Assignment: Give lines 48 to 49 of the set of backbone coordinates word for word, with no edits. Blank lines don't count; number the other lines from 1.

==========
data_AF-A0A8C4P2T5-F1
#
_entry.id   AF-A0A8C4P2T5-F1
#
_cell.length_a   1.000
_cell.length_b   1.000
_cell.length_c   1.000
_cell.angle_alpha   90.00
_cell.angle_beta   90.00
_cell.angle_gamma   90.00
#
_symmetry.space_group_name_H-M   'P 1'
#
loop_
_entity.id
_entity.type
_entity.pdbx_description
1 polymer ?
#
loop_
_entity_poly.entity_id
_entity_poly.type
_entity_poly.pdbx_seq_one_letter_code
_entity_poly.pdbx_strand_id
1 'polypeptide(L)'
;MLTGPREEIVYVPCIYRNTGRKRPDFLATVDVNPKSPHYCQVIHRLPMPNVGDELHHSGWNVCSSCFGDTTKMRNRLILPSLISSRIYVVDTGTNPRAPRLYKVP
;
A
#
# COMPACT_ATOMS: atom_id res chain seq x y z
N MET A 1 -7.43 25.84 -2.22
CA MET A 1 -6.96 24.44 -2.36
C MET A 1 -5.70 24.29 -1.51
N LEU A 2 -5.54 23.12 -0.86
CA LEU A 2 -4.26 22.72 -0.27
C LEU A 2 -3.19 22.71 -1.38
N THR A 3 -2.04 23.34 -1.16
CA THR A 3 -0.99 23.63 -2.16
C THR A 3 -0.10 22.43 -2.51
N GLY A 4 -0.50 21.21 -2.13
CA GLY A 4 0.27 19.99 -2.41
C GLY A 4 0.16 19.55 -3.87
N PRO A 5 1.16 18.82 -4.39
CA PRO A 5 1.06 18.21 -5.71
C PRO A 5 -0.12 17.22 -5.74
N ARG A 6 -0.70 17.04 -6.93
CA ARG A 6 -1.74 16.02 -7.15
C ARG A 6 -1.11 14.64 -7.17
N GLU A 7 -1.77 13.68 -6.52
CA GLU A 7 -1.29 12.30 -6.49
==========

C ARG A 6 -1.11 14.64 -7.17
N GLU A 7 -1.77 13.68 -6.52